What The Health?! Woman's 'dementia' was actually a vitamin deficiency

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Getty Images/iStockphoto
Getty Images/iStockphoto

A woman who lived for years with symptoms mimicking dementia was found to have actually experienced things like memory loss, confusion, and slurred speech because of a vitamin B12 deficiency.

The 61-year-old’s case of “reversible dementia” shows just how important the B vitamin is for our health.

According to BMJ Case Reports, the 61-year-old woman’s mental condition deteriorated over a period of five years. Her sister, who cared for her, said that she couldn’t go out on her own because she would get lost and be unable to return home without help.

The woman also experienced visual and auditory hallucinations.

“According to her sister, she continued talking and shouting about the spirits of dead relatives whom she could see clearly and who told her not to take her medication,” the report says. “She feared that her family would poison her and refused to share meals with them.

“The patient was conscious but disoriented in time and space,” it says. “Her speech was slurred, and, according to her sister, sometimes incomprehensible.”

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It turned out that woman was living with Addison’s anemia. Also known as pernicious anemia, it's caused by a decrease in red blood cells due to a lack of vitamin B12.

Healthy red blood cells provide the body’s tissues with oxygen.

She was treated with an antipsychotic medication, which eliminated the mental symptoms that were assumed to be caused by dementia. And she began taking vitamin B12 supplements.

Besides contributing to the formation of DNA red blood cells, vitamin B12 is required for proper neurological function.

When people have a low level of the vitamin for a long period, pernicious anemia can cause damage to the nervous system. In addition to the symptoms that the woman in the case study experienced, other effects include depression, irritability, trouble concentrating, poor balance, numbness and tingling in the hands and feet, and optic-nerve atrophy.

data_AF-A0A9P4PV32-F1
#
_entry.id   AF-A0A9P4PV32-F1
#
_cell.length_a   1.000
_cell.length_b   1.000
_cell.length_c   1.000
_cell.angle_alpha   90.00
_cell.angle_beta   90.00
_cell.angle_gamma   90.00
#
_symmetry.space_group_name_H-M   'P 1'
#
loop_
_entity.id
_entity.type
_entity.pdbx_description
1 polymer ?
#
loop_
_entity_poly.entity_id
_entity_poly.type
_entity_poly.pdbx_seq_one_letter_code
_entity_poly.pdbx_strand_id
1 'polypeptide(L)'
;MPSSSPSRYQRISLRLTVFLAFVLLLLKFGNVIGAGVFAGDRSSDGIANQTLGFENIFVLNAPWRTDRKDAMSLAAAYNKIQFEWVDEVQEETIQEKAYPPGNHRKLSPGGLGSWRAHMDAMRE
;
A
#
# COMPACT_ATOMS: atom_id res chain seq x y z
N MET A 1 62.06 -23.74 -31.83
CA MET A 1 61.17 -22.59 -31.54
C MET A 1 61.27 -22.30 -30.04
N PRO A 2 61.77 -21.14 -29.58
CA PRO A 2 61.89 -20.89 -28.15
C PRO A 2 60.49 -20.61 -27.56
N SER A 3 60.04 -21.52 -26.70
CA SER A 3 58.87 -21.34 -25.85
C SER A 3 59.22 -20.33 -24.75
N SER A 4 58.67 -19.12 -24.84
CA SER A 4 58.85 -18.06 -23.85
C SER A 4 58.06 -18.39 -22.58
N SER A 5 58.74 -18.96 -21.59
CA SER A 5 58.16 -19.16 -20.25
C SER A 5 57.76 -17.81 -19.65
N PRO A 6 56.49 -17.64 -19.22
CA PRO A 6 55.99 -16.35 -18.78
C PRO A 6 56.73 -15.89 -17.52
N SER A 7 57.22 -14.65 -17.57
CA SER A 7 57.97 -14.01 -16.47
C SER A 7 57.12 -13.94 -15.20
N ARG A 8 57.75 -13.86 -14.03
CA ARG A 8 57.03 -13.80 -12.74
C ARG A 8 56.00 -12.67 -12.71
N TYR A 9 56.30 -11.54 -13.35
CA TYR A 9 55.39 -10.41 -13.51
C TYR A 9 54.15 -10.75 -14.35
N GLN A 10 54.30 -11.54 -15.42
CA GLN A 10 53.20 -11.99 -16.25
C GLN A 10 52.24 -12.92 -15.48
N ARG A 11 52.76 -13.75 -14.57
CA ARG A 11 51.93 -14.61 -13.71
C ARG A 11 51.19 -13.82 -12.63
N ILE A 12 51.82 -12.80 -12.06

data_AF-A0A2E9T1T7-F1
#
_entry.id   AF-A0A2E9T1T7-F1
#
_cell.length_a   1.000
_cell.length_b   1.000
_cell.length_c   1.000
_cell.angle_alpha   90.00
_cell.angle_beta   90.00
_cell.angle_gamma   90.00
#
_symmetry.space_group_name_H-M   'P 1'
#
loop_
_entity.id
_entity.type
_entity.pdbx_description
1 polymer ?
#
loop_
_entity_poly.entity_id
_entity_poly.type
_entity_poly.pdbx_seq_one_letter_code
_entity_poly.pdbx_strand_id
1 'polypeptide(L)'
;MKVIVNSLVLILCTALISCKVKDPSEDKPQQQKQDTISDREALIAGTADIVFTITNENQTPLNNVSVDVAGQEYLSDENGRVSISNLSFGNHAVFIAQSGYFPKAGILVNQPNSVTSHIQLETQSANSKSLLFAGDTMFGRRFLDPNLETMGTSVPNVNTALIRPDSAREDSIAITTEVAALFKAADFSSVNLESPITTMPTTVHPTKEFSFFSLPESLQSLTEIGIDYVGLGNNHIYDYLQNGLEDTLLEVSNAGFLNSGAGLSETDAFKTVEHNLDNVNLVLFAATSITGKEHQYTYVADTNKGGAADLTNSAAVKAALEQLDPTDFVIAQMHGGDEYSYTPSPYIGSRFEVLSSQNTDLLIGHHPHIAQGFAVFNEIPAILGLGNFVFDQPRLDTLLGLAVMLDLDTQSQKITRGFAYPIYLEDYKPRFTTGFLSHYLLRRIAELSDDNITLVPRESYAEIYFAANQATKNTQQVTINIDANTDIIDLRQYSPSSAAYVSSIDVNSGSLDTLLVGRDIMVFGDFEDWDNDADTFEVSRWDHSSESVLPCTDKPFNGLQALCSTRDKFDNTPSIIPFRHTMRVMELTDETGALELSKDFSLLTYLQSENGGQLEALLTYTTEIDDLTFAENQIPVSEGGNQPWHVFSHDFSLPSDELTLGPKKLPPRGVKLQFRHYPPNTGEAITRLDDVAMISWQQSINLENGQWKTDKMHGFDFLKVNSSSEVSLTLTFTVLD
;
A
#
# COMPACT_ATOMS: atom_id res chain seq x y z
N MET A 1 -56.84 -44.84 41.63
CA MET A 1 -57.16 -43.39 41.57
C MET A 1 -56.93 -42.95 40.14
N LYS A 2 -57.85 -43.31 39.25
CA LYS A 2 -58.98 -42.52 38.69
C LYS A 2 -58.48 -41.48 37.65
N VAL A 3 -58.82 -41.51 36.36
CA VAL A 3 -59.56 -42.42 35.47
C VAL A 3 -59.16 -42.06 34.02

While the case reported in BMJ was out of the ordinary, vitamin B12 deficiency is not.

Dr. Bobby Parmar, a naturopathic physician in Vancouver, says he regularly sees patients who have been told they have everything from arthritis to ADHD when in fact, upon testing, they’re found to have a low level of the vitamin. Typically, their symptoms improve upon regularly acquiring sufficient amounts through food or supplements. (A diagnosis can be confirmed with a blood test.)

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“That woman’s case is super rare, but it’s an example of how extreme symptoms can get when you aren’t able to get or absorb B12 in your body,” Parmar says. “It’s a way we know the worst that can happen.

“The few people who do have pernicious anemia are typically identified early on,” he adds. “She would have had lots of complaints, and it’s strange that nobody picked up on that earlier. She fell through the cracks.”

Vitamin B12 must be acquired through supplements or food. It’s found in certain fortified foods like grains and in animal products such as meat, eggs, poultry, and dairy.

Plants, on the other hand, do not contain the vitamin. That means strict vegetarians and vegans are at high risk of developing a deficiency.

While some people don’t consume enough vitamin B12 through their diet or supplements, others can’t absorb enough no matter how much they get. Celiac and Crohn’s disease can interfere with absorption; so can certain medications, including those for heartburn and diabetes (such as metformin).

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Age can also hamper absorption. Stomach acid is needed to absorb the vitamin, and older people produce less of it.

The National Health and Nutrition Examination Survey estimated that just over three per cent of adults over age 50 have a seriously low B12 level, while up to 20 per cent may have a borderline deficiency.

“B12 deficiency is rampant,” Parmar says. “Even if somebody suspects they have B12 problems, doctors don’t take it seriously. Education needs to happen on a professional level so we all take it more seriously. Doctors need to be looking at B12 whether there are signs of pernicious anemia or not.

“If after a few weeks of taking B12 you feel better, that in and of itself is highly diagnostic that B12 was probably low and that you weren’t getting enough or there was something prohibiting you from getting enough,” he adds. “There’s nothing more inexpensive or easy than to take B12.”

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